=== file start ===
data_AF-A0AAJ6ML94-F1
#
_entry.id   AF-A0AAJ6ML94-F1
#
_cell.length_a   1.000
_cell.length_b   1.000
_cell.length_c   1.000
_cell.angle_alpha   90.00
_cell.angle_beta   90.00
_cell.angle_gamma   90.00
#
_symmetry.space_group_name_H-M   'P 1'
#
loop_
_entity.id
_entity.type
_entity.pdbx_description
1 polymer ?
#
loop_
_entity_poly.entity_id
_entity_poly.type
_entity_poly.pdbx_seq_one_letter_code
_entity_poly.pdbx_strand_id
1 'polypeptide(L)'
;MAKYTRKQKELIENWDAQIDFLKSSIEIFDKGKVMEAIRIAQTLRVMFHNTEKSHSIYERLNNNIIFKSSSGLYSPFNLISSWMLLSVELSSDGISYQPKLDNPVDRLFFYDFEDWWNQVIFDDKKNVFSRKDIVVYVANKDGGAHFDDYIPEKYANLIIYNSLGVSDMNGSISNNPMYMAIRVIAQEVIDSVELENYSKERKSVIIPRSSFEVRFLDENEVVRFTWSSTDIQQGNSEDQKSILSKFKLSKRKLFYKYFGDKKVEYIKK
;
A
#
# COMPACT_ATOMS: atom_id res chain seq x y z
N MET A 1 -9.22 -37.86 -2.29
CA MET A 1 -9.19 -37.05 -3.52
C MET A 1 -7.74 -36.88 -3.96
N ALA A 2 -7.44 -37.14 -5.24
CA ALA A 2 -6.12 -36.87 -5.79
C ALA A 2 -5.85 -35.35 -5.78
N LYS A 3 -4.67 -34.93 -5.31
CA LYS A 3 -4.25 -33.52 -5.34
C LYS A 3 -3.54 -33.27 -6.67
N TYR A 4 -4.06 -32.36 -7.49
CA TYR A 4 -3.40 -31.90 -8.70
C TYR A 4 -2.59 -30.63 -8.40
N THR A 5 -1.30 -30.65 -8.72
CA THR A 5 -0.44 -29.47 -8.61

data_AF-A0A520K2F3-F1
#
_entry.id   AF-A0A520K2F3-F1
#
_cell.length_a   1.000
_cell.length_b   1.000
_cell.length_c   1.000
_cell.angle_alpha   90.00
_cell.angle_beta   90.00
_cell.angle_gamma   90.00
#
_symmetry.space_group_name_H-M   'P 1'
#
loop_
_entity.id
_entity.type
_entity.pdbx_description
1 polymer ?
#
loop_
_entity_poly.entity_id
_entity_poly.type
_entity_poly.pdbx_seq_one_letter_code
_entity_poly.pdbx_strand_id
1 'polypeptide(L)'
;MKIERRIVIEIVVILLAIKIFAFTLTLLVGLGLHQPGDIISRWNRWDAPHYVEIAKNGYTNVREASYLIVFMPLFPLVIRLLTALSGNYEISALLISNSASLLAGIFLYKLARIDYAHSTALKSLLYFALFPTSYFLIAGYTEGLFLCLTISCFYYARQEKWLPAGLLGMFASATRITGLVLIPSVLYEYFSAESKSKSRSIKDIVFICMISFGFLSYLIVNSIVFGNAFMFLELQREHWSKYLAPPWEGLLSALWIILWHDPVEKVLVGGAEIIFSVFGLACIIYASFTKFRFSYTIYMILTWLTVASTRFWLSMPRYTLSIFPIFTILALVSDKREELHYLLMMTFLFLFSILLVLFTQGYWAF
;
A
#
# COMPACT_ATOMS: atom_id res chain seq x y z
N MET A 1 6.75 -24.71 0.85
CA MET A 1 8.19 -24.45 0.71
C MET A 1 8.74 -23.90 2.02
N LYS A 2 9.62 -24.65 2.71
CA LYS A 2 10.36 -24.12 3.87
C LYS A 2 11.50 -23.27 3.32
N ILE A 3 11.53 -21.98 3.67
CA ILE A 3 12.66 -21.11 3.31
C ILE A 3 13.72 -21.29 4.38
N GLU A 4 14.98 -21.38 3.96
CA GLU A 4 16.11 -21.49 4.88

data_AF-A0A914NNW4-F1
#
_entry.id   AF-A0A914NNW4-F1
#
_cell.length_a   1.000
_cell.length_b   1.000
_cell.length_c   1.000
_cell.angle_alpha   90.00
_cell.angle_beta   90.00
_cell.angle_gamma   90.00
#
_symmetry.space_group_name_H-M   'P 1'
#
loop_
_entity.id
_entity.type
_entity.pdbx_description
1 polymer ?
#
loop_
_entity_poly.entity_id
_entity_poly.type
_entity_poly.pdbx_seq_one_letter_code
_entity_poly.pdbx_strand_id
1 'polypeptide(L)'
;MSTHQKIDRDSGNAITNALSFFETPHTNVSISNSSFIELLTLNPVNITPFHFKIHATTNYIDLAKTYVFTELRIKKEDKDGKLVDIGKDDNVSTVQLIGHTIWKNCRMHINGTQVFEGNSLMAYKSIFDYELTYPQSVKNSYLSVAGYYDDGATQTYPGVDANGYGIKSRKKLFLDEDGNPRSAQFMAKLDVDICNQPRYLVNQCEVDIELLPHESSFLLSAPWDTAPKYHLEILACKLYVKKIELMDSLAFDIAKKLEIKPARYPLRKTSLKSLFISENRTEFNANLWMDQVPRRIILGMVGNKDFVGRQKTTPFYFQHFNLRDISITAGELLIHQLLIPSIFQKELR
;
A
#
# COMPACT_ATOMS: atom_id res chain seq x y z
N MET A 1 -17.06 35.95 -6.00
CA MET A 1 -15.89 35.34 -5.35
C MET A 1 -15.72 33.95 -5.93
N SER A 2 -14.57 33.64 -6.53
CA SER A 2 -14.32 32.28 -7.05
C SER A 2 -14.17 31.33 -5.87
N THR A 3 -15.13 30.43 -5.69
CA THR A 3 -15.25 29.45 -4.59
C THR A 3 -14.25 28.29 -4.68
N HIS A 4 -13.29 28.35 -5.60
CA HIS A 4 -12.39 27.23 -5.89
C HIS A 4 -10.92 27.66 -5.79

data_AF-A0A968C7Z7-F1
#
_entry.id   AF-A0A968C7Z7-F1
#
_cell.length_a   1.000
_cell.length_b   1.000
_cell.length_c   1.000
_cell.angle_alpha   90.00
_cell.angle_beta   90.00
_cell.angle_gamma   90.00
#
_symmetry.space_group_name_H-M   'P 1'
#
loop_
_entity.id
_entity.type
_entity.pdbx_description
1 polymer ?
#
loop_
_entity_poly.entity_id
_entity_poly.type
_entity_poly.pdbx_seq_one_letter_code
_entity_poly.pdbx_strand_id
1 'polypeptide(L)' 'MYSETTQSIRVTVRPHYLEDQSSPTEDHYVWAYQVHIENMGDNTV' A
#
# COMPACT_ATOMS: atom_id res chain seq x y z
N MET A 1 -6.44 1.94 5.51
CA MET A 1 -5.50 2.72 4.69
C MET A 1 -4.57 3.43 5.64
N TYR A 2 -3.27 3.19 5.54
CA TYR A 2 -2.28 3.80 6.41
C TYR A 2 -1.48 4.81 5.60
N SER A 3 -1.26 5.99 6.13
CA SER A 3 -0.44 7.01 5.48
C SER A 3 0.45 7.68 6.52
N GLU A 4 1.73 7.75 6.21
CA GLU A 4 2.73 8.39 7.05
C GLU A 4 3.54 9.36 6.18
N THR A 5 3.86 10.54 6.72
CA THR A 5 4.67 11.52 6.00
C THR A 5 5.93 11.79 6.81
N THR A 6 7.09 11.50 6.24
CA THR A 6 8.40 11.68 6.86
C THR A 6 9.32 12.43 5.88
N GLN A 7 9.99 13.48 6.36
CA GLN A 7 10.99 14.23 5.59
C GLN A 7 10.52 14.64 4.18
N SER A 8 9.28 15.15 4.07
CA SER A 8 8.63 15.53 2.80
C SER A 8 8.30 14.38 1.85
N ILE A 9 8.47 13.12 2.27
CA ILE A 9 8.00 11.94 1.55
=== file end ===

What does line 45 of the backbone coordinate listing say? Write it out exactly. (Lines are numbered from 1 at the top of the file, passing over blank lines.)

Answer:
data_AF-A0A520K2F3-F1